The purpose of this research is to examine the positions of dramatic critics and theorists on the work of Bertolt Brecht. The plan of the research will be to set forth methods that various theorists use to discuss Brecht's writings, to analyze competing political readings of his plays, and then to suggest a depoliticized reading of his work that is keyed to his aesthetic theory. As appropriate, reference will be made to the sometimes contradictory positions taken by Brecht as playwright, political personality, director of the Berliner Ensemble, and dramatic theorist.
One important theorist of Brechtian drama is Brecht himself. His explanation of what he termed epic theatre can be taken as a starting point for understanding the context in which the pattern of ideas in his work and the means by which these ideas may be realized on the stage.
The actor used a somewhat complex technique to detach himself from the character portrayed; he forced the spectator to look at the play's situations from such an angle that they necessarily became subject to his criticism. Supporters of this epic theatre argued that the new subjectmatter, the highly involved incidents of the class war in its acutest and most terrible stage, would be mastered more easily by such a method, since it would thereby become possible to portray social processes as seen in their causal relationships (Brecht, Scene 85).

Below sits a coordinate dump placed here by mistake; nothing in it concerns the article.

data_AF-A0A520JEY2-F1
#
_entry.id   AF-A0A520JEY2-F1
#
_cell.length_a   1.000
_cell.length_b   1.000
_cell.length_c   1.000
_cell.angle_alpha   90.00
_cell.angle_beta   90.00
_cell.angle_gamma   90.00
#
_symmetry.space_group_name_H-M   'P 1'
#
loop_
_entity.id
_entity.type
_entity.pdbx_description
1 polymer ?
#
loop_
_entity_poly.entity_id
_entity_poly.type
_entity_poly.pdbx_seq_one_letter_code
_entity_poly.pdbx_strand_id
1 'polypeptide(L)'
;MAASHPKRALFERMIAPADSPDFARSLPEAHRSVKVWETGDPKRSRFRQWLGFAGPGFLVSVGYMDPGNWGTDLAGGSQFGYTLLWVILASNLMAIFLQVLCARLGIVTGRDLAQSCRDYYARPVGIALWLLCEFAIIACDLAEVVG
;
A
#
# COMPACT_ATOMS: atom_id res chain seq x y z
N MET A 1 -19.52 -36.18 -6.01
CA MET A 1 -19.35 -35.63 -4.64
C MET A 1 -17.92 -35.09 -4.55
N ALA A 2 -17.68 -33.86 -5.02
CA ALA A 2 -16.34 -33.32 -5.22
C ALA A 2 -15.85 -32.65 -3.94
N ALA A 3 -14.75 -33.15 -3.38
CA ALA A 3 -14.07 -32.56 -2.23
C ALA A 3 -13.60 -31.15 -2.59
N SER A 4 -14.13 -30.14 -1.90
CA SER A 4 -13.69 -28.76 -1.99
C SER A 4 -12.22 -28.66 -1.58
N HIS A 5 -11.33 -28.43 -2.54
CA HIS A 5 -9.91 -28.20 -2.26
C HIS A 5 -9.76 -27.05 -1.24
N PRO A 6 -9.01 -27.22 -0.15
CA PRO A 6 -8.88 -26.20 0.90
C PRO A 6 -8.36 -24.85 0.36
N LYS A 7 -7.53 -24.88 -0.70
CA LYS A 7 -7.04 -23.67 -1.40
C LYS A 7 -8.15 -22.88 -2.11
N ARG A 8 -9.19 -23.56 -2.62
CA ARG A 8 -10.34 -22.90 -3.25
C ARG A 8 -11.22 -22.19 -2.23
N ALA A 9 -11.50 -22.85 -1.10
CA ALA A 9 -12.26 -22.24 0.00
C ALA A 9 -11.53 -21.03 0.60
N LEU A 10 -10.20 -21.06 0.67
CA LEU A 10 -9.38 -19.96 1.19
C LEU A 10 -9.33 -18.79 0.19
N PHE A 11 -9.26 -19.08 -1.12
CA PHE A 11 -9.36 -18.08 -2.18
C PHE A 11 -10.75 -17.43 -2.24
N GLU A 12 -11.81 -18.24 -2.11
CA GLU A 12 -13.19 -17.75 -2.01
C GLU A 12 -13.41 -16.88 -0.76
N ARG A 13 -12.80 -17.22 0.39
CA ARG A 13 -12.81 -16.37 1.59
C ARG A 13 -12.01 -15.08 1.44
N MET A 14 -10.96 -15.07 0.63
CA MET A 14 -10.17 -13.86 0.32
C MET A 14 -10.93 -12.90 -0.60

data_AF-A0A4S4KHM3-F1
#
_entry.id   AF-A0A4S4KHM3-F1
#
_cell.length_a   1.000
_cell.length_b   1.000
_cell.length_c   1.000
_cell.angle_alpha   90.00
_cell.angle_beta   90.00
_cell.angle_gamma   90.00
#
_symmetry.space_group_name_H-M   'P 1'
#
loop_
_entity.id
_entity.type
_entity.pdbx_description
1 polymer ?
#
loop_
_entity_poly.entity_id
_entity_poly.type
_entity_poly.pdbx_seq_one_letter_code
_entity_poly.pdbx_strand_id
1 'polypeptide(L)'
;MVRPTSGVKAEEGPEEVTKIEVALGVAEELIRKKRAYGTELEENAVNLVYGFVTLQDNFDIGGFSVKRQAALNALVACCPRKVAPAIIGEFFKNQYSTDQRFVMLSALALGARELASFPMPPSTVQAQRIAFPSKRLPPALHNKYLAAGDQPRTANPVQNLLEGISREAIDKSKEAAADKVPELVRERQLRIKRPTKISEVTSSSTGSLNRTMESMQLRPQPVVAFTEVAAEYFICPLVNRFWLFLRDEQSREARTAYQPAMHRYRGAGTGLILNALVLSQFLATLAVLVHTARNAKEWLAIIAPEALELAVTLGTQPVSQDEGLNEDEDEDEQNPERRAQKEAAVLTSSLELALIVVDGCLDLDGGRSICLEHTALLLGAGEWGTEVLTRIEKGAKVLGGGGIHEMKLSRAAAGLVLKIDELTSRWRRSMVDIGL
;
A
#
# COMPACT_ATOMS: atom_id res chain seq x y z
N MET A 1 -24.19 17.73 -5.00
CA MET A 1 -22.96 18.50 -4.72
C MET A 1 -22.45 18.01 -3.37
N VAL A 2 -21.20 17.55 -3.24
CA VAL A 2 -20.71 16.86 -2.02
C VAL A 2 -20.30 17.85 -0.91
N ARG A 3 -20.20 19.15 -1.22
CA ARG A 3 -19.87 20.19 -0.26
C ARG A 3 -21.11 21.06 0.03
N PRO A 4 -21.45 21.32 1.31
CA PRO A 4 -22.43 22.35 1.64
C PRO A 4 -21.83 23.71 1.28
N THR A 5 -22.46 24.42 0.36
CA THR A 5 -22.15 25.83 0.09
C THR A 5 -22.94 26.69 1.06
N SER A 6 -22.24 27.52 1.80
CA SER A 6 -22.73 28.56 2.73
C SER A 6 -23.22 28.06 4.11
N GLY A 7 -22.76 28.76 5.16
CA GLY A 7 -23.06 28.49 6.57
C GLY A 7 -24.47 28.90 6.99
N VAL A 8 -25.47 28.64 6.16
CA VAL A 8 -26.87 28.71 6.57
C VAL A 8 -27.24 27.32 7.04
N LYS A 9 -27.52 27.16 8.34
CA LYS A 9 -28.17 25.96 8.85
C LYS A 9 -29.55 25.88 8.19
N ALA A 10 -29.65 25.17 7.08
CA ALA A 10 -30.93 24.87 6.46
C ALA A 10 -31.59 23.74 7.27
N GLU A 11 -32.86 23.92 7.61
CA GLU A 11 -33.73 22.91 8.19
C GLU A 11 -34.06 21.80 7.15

Preeminent concern with issues and ideas in virtually all of Brecht's plays is in keeping with the epic theatre's attempt to put the audience in touch with the dramatic situation rather than to help it identify with and follow the fortunes of characters. Brecht gives the name "A-effect" or alienation effect to the process whereby a scene may "allow the spectator to criticize (a situation] constructively from a social point of view" (Brecht, Street 91). Accordingly, The Caucasian Chalk Circle is really a play within a play, wherein the subtext...